Accurate Box Can Adapt Quickly to New Strategies Per Buyer Needs
A chameleon’s colors aren’t just camouflage; they also change due to temperature shifts or emotions. With that in mind, it makes perfect sense that Accurate Box would choose this amazing animal as its mascot. Accurate Box’s customers include many heavyweight companies, and to keep this level of clientele happy, the box manufacturer has to be ready to shift and adapt quickly to new strategies according to buyer needs.
Being quick to react is a concept Accurate Box has had plenty of time to perfect. Founded in 1944, the company turned 75 this year. It was started in Newark, N.J., as a small folding carton company by the current owner’s grandfather, Henry Hirsh. In the late 1970s, Henry’s son Charlie Hirsh put the company on the map by transitioning the business to produce high graphic corrugated packaging. The timing couldn’t have been better. It was right at the advent of the big club stores and Accurate Box had its items front and center.
By 1983, Accurate Box outgrew its original facility and moved into its current place in Paterson, N.J. Around that time, Charlie Hirsh’s daughter Lisa Hirsh and her husband, Mark Schlossman, joined the family business. Schlossman is now the vice president of sales and Hirsh is the CEO. Their daughter Samara Ronkowitz has since joined and represents the fourth generation. Today, the company is certified as a Women’s Business Enterprise (WBE), has 325 employees and is one of the largest independent box manufactures of litho-laminated packaging in the United States.
Even though Accurate Box is 75 years old, it’s not slowing down. Hirsh has been buying new equipment and reinvesting in the company with the confidence of an owner who’s going for another 75. Her instincts have been correct because the company has shown tremendous growth, tripling in size within the past 12 years.
Two years ago, Accurate Box invested in its printing department with a new printing press with UV capabilities. More recently, it has brought in two new die cutters. The company also added solar panels to its roof that supply up to 20 percent of the building’s electrical needs.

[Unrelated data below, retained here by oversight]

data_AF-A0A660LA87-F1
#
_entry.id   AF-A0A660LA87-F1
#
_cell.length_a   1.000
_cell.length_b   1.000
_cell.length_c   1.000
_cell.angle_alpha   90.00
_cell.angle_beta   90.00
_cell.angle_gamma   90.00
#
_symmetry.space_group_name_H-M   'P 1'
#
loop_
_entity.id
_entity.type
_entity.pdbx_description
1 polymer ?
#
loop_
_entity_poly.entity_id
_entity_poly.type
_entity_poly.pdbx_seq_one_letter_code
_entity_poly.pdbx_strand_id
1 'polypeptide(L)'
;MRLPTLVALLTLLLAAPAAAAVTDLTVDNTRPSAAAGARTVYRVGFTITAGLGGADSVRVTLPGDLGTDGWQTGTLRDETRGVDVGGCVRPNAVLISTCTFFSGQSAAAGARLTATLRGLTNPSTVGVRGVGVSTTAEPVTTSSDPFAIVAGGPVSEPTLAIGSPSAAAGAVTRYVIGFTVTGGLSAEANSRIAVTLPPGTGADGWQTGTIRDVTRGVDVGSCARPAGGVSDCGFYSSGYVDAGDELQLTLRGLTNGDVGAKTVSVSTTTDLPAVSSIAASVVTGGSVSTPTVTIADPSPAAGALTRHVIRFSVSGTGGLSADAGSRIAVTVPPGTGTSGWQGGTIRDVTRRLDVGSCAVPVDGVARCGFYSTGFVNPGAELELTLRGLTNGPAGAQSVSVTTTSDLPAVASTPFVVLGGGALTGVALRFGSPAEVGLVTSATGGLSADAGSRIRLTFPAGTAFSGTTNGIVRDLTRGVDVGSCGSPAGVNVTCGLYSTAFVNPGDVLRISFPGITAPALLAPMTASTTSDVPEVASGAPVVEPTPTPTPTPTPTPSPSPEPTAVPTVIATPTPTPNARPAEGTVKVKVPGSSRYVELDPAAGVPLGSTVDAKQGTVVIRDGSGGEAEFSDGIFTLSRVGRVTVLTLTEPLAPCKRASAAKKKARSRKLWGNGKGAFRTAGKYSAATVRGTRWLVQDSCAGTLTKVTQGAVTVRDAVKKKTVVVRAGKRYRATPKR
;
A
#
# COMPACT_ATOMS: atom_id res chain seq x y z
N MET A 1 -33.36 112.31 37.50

New equipment is essential in this line of business. “Our customers are very visible companies,” Schlossman explains. “They’re very large and we compete with other major competitors. There’s not a lot of room available in the margin as far as pricing so it’s critical for us, if we want to play in this arena, we have to reinvest in the company because it’s all about the speed of the equipment and what our yields are in each department. ”
Accurate Box serves the needs of big-box stores, grocery stores, catering companies, quick-serve restaurants and e-commerce. The current strategy is to lean toward those companies that need fast turnaround times and can’t afford to wait for packaging from overseas. The e-commerce market, especially, has to move quickly. A product may be produced overseas, but the demand for delivery is typically two-day shipping or in some cases next-day. For this to work, the packaging and the shipper must be close by and ready to go.
This is one of the areas where chameleon qualities come into play. Accurate Box isn’t the biggest in its category, but that’s a benefit because it allows the company to be quick to morph into what the customer needs. “It’s important to be fast to react to our customers’ wants and be very progressive in being able to put new ideas and concepts in front of the customer,” Schlossman notes.
With the entire work team in one location, decisions are made swiftly and implemented immediately. Customers change graphics frequently with encouragement from Accurate Box. Since the graphics department is in-house, cost is minimal. “We encourage them to have a standard box, and then a Valentine’s box, Father’s Day box, Mother’s Day box without a true penalty to them. It’s an advantage,” he explains.